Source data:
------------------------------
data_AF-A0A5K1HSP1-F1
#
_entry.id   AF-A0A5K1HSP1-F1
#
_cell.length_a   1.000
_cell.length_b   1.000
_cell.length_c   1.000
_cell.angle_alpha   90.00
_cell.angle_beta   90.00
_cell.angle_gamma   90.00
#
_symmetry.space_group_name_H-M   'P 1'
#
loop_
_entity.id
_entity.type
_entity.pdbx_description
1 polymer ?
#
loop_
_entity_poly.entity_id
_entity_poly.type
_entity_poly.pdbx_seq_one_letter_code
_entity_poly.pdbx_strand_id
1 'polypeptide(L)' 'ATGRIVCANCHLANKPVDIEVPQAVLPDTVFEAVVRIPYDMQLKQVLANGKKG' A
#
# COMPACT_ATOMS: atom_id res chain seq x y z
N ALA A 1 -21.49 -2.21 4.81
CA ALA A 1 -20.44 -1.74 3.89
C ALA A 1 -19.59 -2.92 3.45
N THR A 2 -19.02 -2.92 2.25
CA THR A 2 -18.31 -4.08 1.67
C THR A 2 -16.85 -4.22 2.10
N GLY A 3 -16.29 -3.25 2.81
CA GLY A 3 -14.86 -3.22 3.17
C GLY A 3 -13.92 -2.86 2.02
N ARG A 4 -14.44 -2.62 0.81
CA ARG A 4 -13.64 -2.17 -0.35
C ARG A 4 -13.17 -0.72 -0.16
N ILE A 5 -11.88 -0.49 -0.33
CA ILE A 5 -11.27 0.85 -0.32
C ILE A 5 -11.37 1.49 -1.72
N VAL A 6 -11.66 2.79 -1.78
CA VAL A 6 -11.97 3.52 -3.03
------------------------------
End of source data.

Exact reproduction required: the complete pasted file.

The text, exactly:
data_AF-A0A5K1HSP1-F1
#
_entry.id   AF-A0A5K1HSP1-F1
#
_cell.length_a   1.000
_cell.length_b   1.000
_cell.length_c   1.000
_cell.angle_alpha   90.00
_cell.angle_beta   90.00
_cell.angle_gamma   90.00
#
_symmetry.space_group_name_H-M   'P 1'
#
loop_
_entity.id
_entity.type
_entity.pdbx_description
1 polymer ?
#
loop_
_entity_poly.entity_id
_entity_poly.type
_entity_poly.pdbx_seq_one_letter_code
_entity_poly.pdbx_strand_id
1 'polypeptide(L)' 'ATGRIVCANCHLANKPVDIEVPQAVLPDTVFEAVVRIPYDMQLKQVLANGKKG' A
#
# COMPACT_ATOMS: atom_id res chain seq x y z
N ALA A 1 -21.49 -2.21 4.81
CA ALA A 1 -20.44 -1.74 3.89
C ALA A 1 -19.59 -2.92 3.45
N THR A 2 -19.02 -2.92 2.25
CA THR A 2 -18.31 -4.08 1.67
C THR A 2 -16.85 -4.22 2.10
N GLY A 3 -16.29 -3.25 2.81
CA GLY A 3 -14.86 -3.22 3.17
C GLY A 3 -13.92 -2.86 2.02
N ARG A 4 -14.44 -2.62 0.81
CA ARG A 4 -13.64 -2.17 -0.35
C ARG A 4 -13.17 -0.72 -0.16
N ILE A 5 -11.88 -0.49 -0.33
CA ILE A 5 -11.27 0.85 -0.32
C ILE A 5 -11.37 1.49 -1.72
N VAL A 6 -11.66 2.79 -1.78
CA VAL A 6 -11.97 3.52 -3.03